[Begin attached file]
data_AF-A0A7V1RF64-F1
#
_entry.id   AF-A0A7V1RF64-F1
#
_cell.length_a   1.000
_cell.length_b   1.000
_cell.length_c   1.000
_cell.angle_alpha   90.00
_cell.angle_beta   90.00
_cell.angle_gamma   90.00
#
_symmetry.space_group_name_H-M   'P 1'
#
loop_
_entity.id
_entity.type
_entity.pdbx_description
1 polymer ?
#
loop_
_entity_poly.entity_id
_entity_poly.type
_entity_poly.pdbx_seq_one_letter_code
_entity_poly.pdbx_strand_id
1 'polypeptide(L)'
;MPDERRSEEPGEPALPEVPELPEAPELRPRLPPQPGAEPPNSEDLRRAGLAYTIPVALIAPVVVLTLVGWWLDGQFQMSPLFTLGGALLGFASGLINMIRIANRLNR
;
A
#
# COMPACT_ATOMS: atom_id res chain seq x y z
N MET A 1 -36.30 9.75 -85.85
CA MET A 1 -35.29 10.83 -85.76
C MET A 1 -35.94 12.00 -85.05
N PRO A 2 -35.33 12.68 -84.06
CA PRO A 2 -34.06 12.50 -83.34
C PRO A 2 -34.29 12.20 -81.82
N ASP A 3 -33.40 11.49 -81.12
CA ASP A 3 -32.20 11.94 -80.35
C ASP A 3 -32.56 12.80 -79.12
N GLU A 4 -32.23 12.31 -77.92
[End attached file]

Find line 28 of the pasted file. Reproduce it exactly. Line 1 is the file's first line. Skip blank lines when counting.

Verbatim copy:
A